Grading formThe grade requirements within the course grading system are set out in specific criteria. These criteria must be available by the course start at the latest.
Formats and requirements for examination
Report on project work
To pass the course it is compulsory to:
Participate in the project work
Participate in facilitation work-shops.
If a student has failed an examination, the examiner has the right to issue supplementary assignments. This applies if it is possible and there are grounds to do so.
The examiner can provide an adapted assessment to students entitled to study support for students with disabilities following a decision by the university. Examiners may also issue an adapted examination or provide an alternative way for the students to take the exam.
If this syllabus is withdrawn, SLU may introduce transitional provisions for examining students admitted based on this syllabus and who have not yet passed the course.
For the assessment of an independent project (degree project), the examiner may also allow a student to add supplemental information after the deadline for submission. Read more in the Education Planning and Administration Handbook.
The right to participate in teaching and/or supervision only applies for the course instance the student was admitted to and registered on.
If there are special reasons, students are entitled to participate in components with compulsory attendance when the course is given again. Read more in the Education Planning and Administration Handbook.
Department of Urban and Rural Development
Note: This list comprises required readings for each course week. A detailed list including suplementary readings will be provided at the start of the course. Note that small changes in the literature list may occur.
Course Week 1
Harrington, A. (2005). Modern Social Theory – An Introduction. Oxford University Press: Oxford
Introduction: What is social theory, pp. 1-14
Chapter 10: Structure and Agency, pp. 215-232
Marsh, D., & Furlong, P. (2010). A Skin Not a Sweater: Ontology and Epistemology in Political Science. In D. Marsh, & G. Stoker (Eds.), Theory and Methods in Political Science, 3 ed., pp. 184-211. Palgrave Macmillan.
Moon, K. and D. Blackman (2014). "A guide to understanding social science research for natural scientists." Conservation Biology 28(5), pp. 1167-1177.
Course Week 2
Pezzullo, P., Cox, R. (2018). Environmental communication and the public sphere. 5th edition. Sage publications: Washington DC.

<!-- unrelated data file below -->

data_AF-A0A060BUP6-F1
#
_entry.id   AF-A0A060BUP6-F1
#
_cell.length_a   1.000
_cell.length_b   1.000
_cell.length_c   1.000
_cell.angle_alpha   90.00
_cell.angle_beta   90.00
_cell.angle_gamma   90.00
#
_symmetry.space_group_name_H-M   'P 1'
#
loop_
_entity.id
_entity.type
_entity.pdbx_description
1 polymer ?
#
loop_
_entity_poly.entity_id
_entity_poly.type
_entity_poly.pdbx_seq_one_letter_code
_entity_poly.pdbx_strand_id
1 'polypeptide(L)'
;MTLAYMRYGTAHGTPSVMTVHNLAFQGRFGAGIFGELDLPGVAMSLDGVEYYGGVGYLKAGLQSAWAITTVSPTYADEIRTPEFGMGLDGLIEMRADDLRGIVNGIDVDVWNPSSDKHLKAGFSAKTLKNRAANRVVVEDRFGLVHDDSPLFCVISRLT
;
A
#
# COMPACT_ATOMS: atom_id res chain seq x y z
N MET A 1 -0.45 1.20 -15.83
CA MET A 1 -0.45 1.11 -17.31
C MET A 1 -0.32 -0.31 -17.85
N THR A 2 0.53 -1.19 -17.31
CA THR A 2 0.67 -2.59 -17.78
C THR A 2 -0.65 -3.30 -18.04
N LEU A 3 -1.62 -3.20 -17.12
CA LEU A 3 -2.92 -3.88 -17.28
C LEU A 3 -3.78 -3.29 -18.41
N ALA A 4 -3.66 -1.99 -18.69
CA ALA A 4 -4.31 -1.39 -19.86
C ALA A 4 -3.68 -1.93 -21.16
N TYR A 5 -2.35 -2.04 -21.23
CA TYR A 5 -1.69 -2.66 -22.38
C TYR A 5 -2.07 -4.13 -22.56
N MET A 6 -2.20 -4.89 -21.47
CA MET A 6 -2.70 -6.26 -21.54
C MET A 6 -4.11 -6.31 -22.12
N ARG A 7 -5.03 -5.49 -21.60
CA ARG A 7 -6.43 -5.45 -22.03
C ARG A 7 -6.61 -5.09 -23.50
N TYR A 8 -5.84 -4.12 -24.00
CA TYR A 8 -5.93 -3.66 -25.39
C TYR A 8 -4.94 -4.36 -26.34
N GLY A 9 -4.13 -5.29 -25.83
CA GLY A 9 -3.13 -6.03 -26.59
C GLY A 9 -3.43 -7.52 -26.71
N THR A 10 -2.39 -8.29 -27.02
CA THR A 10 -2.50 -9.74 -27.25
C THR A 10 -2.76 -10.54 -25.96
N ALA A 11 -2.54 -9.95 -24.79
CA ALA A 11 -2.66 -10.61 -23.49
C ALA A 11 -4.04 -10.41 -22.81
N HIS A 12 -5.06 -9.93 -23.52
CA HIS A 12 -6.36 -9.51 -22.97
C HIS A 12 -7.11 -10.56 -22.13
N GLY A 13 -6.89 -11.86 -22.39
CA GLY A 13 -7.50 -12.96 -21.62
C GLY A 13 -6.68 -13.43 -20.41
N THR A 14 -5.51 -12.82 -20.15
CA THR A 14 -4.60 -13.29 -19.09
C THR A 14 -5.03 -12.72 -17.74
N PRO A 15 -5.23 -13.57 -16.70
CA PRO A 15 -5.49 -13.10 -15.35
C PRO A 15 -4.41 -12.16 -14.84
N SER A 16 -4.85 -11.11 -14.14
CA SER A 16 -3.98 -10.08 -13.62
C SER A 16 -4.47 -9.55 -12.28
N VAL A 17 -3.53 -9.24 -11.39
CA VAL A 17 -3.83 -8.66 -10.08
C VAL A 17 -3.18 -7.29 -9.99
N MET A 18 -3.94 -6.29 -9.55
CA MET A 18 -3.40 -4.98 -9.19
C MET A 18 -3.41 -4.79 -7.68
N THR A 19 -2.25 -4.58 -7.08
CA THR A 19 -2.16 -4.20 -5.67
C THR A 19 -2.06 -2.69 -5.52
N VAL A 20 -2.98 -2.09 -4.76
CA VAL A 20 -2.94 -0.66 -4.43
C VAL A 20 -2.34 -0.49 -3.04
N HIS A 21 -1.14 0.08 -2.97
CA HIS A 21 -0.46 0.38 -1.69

Chapter 1: Defining Environmental Communication
Milstein, T., (2009). Environmental communication theories. Encyclopedia of communication theory, 2, pp. 345-349.
MISTRA EC (2019). MISTRA Environmental Communication: reframing communication for sustainability, Program Plan. Retrieved from: https://www.slu.se/globalassets/ew/subw/mistraec/about/mistra-environmental-communication-programme-plan-for-year-3-final-complete-2021.pdf
Section 2: Scientific value of the programme
Course Week 3
Joas and Knoebl (2009). Interpretive approaches (1). Symbolic interactionism. In Social theory Cambridge University Press
Buijs, A., Hovardas, T., Castro, P., Devine-Wright, P., Figari, H., Fischer, A., Mouro, C., Selge, S. (2012): Understanding people's ideas on natural resource management: research on social representations of nature and the environment. Society and Natural Resources 25, pp. 1167–1181.
MacGregor, S., (2017). Gender and environment: An introduction. In S. MacGregor (Ed.), Routledge Handbook of Gender and Environment. (Routledge International Handbooks). Routledge.
Only pages 1-6
Hathaway, J.R., (2020). Climate Change, the Intersectional Imperative, and the Opportunity of the Green New Deal. Environmental Communication 14, 13–22.
Course Week 7-8
Innes, J. and Booher, D. (2016). Collaborative rationality as a strategy for working with wicked problems. Landscape and Urban Planning, 154**, **pp. 8-10.
Reed, M. S. (2008). Stakeholder participation for environmental management: A literature review. Biological Conservation, 141, pp. 2417-2431.
Brulle, R. J. (2010). From Environmental Campaigns to Advancing the Public Dialogue: Environmental Communication for Civic Engagement, Environmental Communication, 4(1), pp. 82-98
Sprain, L., Over, B.V., & Morgan, E.L. (2016). Divergent meanings of community.
Westin, M., Hallgren, L., Montgomerie, E. (2023). Between authority and argumentation: facilitators’ use of power in collaborative governance. Journal of Environmental Planning and Management.
Westin, M. (2019) Rethinking power in participatory planning: towards reflective practice. Dissertation. SLU, Uppsala.